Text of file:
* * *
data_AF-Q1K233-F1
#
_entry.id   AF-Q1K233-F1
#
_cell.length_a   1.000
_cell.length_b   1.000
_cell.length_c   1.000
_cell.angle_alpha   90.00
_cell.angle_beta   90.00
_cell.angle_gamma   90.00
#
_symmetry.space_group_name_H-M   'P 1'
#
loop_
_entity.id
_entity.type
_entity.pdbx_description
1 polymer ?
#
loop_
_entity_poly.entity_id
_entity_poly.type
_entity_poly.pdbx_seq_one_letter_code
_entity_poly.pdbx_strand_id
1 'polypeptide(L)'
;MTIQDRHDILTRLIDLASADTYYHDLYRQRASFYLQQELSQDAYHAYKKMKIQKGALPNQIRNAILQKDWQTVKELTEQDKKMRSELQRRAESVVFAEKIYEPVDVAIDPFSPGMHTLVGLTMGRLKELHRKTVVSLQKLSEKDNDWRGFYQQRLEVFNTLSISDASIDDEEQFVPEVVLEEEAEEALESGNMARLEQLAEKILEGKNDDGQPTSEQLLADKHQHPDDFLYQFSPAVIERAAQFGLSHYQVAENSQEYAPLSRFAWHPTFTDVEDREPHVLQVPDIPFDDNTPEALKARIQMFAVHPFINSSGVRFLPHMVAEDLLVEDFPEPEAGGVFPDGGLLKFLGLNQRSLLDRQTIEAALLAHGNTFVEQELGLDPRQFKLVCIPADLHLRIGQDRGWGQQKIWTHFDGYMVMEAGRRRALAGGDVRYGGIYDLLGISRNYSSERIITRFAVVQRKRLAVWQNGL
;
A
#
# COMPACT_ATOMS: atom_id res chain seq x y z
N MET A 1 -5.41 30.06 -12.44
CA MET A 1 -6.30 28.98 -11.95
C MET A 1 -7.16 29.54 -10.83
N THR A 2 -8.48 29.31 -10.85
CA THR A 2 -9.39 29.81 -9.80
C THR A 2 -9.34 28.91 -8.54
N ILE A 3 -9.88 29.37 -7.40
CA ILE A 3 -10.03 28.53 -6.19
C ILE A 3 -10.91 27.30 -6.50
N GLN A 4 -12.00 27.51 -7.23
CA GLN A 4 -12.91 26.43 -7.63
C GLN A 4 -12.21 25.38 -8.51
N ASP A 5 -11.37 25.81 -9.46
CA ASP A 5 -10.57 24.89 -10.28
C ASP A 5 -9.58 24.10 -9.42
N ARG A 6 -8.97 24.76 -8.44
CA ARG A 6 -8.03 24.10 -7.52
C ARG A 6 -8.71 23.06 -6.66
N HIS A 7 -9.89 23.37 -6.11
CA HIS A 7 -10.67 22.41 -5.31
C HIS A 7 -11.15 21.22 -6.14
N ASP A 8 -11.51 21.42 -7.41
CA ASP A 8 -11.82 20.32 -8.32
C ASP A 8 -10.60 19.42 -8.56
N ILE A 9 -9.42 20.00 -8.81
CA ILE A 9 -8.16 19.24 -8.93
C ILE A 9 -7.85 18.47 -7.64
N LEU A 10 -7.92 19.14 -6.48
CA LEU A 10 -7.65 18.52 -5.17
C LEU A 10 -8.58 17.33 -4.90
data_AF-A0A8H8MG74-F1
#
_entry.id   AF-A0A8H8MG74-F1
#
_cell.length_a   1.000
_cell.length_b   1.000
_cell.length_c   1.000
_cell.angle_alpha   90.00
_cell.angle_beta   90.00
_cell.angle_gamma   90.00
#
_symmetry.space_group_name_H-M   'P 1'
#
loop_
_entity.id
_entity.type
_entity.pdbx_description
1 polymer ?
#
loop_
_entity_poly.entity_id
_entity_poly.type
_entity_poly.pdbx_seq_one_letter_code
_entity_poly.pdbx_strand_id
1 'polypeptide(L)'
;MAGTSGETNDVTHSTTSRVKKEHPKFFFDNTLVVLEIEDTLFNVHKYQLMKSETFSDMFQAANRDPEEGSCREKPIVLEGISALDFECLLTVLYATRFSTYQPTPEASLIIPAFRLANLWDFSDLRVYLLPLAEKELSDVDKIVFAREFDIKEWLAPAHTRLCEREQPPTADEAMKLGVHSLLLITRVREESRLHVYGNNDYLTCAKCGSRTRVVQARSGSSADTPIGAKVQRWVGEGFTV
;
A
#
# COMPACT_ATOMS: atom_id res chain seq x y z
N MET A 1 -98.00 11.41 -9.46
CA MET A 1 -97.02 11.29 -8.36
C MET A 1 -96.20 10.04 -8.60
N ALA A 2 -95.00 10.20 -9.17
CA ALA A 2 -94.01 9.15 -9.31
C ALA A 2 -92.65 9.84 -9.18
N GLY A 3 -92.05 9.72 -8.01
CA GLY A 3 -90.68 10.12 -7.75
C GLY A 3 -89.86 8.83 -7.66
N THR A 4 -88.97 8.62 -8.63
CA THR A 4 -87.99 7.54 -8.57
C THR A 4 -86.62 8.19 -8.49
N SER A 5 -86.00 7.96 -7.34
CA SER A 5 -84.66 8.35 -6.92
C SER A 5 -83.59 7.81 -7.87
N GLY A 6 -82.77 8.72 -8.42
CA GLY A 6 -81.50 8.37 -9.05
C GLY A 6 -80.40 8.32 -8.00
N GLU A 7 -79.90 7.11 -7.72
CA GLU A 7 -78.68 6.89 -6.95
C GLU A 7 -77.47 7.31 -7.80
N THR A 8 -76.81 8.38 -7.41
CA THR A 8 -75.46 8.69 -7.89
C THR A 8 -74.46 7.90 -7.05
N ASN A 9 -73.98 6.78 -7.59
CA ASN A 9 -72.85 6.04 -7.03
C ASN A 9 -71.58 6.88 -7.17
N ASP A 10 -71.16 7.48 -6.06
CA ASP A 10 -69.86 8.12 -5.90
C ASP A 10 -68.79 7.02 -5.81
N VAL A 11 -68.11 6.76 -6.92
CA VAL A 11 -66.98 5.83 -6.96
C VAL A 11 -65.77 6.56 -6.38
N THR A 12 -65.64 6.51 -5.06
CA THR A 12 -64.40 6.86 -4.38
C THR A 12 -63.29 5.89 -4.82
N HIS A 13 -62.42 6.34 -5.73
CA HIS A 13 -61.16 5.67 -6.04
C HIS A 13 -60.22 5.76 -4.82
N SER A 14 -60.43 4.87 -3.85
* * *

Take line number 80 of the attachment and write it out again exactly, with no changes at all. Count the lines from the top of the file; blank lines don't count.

loop_